Contexts in source publication

Context 1
... presence. To a certain extent, if pictures want something, one could say they want humans.15 Indeed, they are so otiose that the statue of Gudea needs to be carved with the agentive order of the king, his direct speech re- minding the statue to speak to the god. Ancient Mesopotamians wanted statues and pictures that were living bodies acting in the world to decode propositions about the reality in which they were living. Within this system of interrelations with the world, pictorial images have a fundamental role acting as the main protagonists; they are present in the world, and the world pays great attention to them. Pictorial images require constant attention, even those pictures that are not immediately noted (since they cannot be easily seen), and those that are impossible to see (since they are placed in very distant places or are buried in tombs). According to this, pictorial images are not only otiose, but they can also be defined as egoistic, thereby centralising and catalysing the eye and the mind of the viewer.16 Once they are born, they live their own life and it seems that they do not care about the world and people around them. Thus, while they do not care, they are indeed made to take care about the world. Therefore, rituals have the power to direct the role of pictures and effigies, changing their status (bringing them to life or, on the con- trary, to death), establishing their function and programming their agentive intention and proposition. However, how were those pictorial images perceived and broadcast in the rituals of everyday life? Some of the statues of gods and kings were enclosed in temples, and they were not of course visible to everyone on all occasions. Indeed, one could assume that the statues were not made in order to be visible if one also thinks of the rock reliefs carved high up in the mountains, at the sources of rivers in distant and remote places where the carved relief is supposed to interact with the surrounding nature as part of the nature itself, and as an artificial subject that marks the space and the place (landscape). In this context, the pictures of the king (and not only the royal effigies) function as totems of the place, defining and marking the space. The totemic value of these kinds of pictures is so important that the moment of the production and sculpture of the effigies is visually registered and monumentalised in other visual works.17 Taking an example from the Assyrian visual collection, the placing of the image of the king at the source of the river Tigris (Fig. 3) marks the place responsible for a religious, social, political and geographical relationship with the viewers (in very rare instances),18 the divine world and the ...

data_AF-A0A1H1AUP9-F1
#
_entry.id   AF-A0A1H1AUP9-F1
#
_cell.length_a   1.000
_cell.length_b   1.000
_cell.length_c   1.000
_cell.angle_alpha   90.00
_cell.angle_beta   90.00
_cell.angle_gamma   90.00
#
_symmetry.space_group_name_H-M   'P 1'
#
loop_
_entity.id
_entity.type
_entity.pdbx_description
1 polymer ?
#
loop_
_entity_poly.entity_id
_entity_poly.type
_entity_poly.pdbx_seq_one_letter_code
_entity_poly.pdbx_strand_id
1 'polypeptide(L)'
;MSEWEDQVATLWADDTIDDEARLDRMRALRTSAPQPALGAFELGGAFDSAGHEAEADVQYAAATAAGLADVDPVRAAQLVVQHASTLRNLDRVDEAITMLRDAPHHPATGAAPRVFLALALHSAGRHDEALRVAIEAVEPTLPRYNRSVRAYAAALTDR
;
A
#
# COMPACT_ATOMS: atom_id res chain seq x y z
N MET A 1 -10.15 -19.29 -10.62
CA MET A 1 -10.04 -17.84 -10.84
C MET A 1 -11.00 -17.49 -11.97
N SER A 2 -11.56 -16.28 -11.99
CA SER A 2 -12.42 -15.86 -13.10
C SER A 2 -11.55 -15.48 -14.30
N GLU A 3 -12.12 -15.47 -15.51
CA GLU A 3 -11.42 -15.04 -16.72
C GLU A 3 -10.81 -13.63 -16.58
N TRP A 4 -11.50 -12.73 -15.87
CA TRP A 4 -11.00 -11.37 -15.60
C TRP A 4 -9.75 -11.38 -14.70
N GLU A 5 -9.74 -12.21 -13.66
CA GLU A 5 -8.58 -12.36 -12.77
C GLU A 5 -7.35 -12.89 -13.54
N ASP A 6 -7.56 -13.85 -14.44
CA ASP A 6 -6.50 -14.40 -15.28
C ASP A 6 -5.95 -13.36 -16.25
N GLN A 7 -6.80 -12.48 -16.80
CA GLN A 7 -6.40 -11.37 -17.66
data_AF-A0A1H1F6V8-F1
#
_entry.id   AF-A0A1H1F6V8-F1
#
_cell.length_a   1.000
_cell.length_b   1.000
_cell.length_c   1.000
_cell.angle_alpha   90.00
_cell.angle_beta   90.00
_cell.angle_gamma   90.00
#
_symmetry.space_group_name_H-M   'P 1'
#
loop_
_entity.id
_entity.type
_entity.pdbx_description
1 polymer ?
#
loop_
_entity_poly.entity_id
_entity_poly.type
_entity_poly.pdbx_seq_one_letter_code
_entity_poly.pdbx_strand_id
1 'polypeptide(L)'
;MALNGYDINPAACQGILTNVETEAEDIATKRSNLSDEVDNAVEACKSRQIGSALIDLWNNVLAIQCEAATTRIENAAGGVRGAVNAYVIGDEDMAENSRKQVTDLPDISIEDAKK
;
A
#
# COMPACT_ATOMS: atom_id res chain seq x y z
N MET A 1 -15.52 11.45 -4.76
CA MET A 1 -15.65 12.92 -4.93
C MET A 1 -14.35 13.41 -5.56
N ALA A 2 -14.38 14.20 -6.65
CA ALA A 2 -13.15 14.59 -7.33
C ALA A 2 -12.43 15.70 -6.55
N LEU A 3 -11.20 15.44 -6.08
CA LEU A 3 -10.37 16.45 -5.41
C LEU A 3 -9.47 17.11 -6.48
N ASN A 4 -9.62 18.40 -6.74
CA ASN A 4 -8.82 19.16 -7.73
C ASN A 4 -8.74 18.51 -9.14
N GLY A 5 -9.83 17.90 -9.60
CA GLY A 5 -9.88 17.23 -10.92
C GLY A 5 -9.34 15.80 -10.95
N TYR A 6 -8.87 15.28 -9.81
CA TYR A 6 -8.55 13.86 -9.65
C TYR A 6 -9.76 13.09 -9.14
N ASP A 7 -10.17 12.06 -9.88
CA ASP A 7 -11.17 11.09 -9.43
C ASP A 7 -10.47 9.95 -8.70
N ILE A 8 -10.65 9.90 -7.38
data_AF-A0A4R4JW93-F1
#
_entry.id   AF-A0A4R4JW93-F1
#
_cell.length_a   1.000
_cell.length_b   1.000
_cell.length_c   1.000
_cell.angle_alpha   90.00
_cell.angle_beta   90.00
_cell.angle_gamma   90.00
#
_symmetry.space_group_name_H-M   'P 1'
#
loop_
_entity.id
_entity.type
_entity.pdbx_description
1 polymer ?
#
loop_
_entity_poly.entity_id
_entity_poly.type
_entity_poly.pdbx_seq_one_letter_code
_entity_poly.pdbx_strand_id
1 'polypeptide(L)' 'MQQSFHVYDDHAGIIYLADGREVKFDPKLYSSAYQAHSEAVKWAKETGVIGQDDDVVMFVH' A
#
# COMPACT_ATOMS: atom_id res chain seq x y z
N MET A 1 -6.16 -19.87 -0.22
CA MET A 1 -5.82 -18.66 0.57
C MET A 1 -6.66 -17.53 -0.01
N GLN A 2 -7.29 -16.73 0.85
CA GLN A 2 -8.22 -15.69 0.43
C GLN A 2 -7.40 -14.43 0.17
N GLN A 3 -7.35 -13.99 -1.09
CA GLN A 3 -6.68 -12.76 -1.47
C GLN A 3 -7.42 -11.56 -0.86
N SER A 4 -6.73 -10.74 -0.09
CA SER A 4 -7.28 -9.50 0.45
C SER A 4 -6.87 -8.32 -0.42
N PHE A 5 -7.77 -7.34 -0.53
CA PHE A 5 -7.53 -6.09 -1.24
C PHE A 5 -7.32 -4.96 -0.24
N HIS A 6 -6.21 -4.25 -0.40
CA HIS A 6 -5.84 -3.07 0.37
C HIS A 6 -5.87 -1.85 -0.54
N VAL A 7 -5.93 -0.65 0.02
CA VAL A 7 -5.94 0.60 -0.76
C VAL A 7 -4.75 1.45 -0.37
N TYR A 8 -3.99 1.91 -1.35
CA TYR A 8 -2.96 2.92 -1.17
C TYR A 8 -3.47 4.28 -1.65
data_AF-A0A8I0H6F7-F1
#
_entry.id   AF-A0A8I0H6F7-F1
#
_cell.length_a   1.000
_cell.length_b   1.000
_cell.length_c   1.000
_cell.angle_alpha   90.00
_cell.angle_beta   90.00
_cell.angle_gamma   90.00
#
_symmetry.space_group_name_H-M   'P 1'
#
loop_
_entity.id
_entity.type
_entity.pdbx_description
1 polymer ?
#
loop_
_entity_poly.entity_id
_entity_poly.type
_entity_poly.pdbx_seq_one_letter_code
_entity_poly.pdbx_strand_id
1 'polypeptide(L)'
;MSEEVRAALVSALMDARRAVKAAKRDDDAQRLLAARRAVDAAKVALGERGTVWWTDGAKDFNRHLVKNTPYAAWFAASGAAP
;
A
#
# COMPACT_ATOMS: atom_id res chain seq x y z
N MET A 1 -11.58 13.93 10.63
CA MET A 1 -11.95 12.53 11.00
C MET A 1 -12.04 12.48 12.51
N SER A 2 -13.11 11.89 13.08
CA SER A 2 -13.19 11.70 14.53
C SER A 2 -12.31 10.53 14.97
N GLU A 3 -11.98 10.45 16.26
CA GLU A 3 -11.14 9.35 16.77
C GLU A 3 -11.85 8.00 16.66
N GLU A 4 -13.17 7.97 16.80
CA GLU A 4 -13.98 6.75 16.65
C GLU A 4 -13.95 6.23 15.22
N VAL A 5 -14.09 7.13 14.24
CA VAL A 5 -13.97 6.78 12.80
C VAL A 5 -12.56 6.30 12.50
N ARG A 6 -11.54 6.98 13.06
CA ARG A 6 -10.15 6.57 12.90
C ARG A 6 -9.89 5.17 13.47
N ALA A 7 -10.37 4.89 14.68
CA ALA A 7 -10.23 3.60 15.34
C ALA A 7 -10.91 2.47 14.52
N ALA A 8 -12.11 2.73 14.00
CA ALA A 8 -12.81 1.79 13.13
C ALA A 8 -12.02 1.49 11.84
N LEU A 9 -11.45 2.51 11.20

Context 2
... were thus alive, even if they were not displayed on public occasions. There are particular artefacts that reproduce pictures on a more wide- spread basis, on items that were used in the everyday life, that is, pictures are reproduced referring to the important monuments.20 In this process of re- producibility with the creation of metapictures ,21 one might wonder whether some type of suitable ritual was performed to transfer the same value and nature of the main picture to its duplicate copy, or being the copy of the main monument automatically implied the enactment of the ritual, which made the original live. In other words, do the copies of an original picture have the same power? I believe that people thought they had the same power, and indeed they carried those pictures simply because they wanted to exercise that power. The perception and manipulation of what could be defined as votive pictures (amulets?) probably caused different levels and types of reactions according to social status, emotional attitudes and personal circumstances. As a consequence of the crossed-image pattern of reference, which picture can be defined as a metapicture ? Which picture is in fact a picture of another picture? Taking into consideration the representation on the stele of the Assyrian king as depicted on the bronze bands of Shalmaneser III or on wall- panel reliefs of Sargon II in front of the city walls, which picture comes first?22 Bas-reliefs and the band of the Balawat gates copy a stele that was previously fashioned, placed and consecrated. Indeed, the bronze relief by Shalmaneser III could be an example of not only a metapicture of the picture itself, but also a metapicture of the ritual (or meta-ritual ), which occurred when the stele was fashioned directly on the spot at the source of the river Tigris (Fig. 3) or by the sea (Fig. 4).23 The bronze decoration of the Balawat gates by Shalmaneser III reproduces the moment of the sacralisation of the image of ...

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